Like any geotechnical design, parameters obtained from testing must first be used accordingly.  The infiltration rate is an empirical measurement which should be calculated as defined in BRE DG365 (with due regard to the use of gravel).  If it is not possible to carry out a test to the full depth of the pit, the guidance is clear that the results may be calculated based on the time for the fall of water from 75%-25% full of the actual maximum water depth achieved, with a similar correction for internal surface area.  Results should not be extrapolated to empty.  Secondly, the results must not be viewed in isolation, and must be given due consideration with respect to all the other factors known on site.  For example, an infiltration rate c10-4m/s obtained on a site known to be underlain by silty clayey sand or ‘loam’ is indicative of some other factor influencing the local infiltration rate.  Either the ground model is wrong, or some other factor, such as a void, made ground, service trench etc are influencing the result.  Geotechnical design requires experience and training,  and the selection of design parameters is critical to providing a sustainable design, including for SUDs.

So in summary,

  • Just like any aspect of geotechnical design, a phased approach to investigation (comprising desk study, preliminary investigation and detailed investigation) should be standard practice.
  • Just like any other aspect of geotechnical investigation due consideration should be given to Health and Safety issues by all parties.
  • If a GI contractor is proposing to undertake soakaway testing without use of gravel backfill (or if this is unclear) this should be queried with them at tender stage.

When client (or their advisors) are requesting soakway testing, it should be queried as to whether suitable desk study research has been undertaken.  Where this is being driven by a third party and being requested counter to the findings of desk study, for example to prove a negative to a LLFA or local drainage board, they should be reminded of the Health and Safety risks that they are introducing by demanding a test that puts personnel (and perhaps the public) at risk for very little or no technical benefit. Perhaps in this situation, if boreholes are being formed anyway for foundation design purposes, consideration could be given to testing based on BS EN ISO 22282-2:2012 Section 6.1.4 (which is also referred to in the SuDS Manual).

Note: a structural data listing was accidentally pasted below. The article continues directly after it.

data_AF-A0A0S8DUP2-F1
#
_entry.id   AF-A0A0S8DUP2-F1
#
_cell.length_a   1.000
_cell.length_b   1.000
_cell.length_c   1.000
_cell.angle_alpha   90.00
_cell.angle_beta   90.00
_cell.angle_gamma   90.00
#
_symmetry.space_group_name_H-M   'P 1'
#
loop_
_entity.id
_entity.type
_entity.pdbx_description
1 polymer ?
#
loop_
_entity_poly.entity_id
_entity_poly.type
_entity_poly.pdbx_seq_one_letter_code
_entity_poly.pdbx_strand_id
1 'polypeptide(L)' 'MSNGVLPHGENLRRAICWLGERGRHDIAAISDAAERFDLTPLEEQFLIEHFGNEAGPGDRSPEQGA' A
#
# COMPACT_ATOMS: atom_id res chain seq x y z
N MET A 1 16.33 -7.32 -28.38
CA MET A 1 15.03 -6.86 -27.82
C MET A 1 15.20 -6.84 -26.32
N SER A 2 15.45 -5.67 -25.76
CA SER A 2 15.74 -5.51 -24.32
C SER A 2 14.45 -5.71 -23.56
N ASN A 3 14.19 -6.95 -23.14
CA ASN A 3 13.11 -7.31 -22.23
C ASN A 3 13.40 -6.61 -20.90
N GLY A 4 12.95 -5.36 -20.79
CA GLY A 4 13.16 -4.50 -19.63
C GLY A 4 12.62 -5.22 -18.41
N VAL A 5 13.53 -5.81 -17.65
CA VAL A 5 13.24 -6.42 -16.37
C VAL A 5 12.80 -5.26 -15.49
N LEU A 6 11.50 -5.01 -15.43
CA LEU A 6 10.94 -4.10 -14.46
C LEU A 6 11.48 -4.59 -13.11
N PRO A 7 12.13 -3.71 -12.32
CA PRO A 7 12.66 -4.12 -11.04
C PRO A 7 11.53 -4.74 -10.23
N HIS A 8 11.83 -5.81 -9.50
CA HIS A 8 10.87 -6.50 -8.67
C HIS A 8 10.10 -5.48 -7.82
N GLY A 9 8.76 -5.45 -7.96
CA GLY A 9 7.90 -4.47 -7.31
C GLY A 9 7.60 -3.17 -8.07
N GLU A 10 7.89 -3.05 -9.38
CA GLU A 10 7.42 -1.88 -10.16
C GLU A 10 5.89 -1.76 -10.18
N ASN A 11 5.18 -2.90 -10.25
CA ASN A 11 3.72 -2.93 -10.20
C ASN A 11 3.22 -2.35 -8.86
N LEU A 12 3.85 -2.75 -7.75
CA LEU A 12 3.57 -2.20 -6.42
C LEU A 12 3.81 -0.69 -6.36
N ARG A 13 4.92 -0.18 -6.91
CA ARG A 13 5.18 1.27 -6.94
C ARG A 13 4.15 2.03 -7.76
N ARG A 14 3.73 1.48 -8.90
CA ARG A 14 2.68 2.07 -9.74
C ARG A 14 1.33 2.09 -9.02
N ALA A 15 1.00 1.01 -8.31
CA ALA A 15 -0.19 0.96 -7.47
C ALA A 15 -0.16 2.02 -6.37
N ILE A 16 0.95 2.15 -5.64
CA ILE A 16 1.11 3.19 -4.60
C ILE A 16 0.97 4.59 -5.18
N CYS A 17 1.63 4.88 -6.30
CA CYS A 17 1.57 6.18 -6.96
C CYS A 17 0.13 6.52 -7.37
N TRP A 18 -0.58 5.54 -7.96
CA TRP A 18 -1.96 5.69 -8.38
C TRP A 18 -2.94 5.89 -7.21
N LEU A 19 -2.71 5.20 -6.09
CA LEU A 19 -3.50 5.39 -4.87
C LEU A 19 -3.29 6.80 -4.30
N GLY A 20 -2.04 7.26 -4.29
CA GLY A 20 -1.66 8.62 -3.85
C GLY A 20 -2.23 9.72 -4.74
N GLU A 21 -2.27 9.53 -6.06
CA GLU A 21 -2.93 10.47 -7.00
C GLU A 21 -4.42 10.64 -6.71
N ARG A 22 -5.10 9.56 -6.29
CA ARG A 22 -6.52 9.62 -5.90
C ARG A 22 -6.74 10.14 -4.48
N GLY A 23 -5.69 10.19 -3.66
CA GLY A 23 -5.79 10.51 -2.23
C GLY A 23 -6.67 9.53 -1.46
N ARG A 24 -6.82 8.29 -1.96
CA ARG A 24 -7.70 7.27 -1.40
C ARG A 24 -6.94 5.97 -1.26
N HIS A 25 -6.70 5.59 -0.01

All good construction practice comes from experience and learning from others, including mistakes and near misses.  The authors would be pleased to hear members experience on BRE 365 soakage testing.  Have you had any near misses?  Do you use any alternative methods for assessing infiltration?  Have you had occasion to test infiltration systems and compare with original design parameters?


CIRIA Report C753 ‘The SuDS Manual’, CIRIA 2015

BRE DG365 ‘Soakaway Desgin’, BRE, 2016

BS EN ISO 22282-2:2012 ‘Geotechnical Invetigation and Testing – Geohydraulic testing. Part 2: Water Permeability testing in a borehole using open systems’, BSi, 2012